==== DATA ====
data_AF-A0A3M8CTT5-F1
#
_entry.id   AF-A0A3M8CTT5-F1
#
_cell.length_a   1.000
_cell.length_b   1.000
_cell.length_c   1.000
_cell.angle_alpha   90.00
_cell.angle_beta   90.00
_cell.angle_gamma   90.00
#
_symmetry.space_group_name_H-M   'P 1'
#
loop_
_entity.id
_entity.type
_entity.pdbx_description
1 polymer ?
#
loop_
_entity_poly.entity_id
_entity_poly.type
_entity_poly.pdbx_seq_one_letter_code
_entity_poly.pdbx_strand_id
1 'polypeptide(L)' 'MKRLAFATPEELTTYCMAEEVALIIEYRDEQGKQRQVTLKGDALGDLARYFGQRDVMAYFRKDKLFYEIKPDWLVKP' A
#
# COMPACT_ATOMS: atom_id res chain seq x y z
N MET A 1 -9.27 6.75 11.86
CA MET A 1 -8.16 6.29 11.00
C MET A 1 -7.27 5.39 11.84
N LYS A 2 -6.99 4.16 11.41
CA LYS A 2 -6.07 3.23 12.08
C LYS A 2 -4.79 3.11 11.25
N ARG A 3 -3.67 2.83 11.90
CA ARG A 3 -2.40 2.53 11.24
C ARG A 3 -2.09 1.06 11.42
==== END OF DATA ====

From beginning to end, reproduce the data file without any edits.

data_AF-A0A3M8CTT5-F1
#
_entry.id   AF-A0A3M8CTT5-F1
#
_cell.length_a   1.000
_cell.length_b   1.000
_cell.length_c   1.000
_cell.angle_alpha   90.00
_cell.angle_beta   90.00
_cell.angle_gamma   90.00
#
_symmetry.space_group_name_H-M   'P 1'
#
loop_
_entity.id
_entity.type
_entity.pdbx_description
1 polymer ?
#
loop_
_entity_poly.entity_id
_entity_poly.type
_entity_poly.pdbx_seq_one_letter_code
_entity_poly.pdbx_strand_id
1 'polypeptide(L)' 'MKRLAFATPEELTTYCMAEEVALIIEYRDEQGKQRQVTLKGDALGDLARYFGQRDVMAYFRKDKLFYEIKPDWLVKP' A
#
# COMPACT_ATOMS: atom_id res chain seq x y z
N MET A 1 -9.27 6.75 11.86
CA MET A 1 -8.16 6.29 11.00
C MET A 1 -7.27 5.39 11.84
N LYS A 2 -6.99 4.16 11.41
CA LYS A 2 -6.07 3.23 12.08
C LYS A 2 -4.79 3.11 11.25
N ARG A 3 -3.67 2.83 11.90
CA ARG A 3 -2.40 2.53 11.24
C ARG A 3 -2.09 1.06 11.42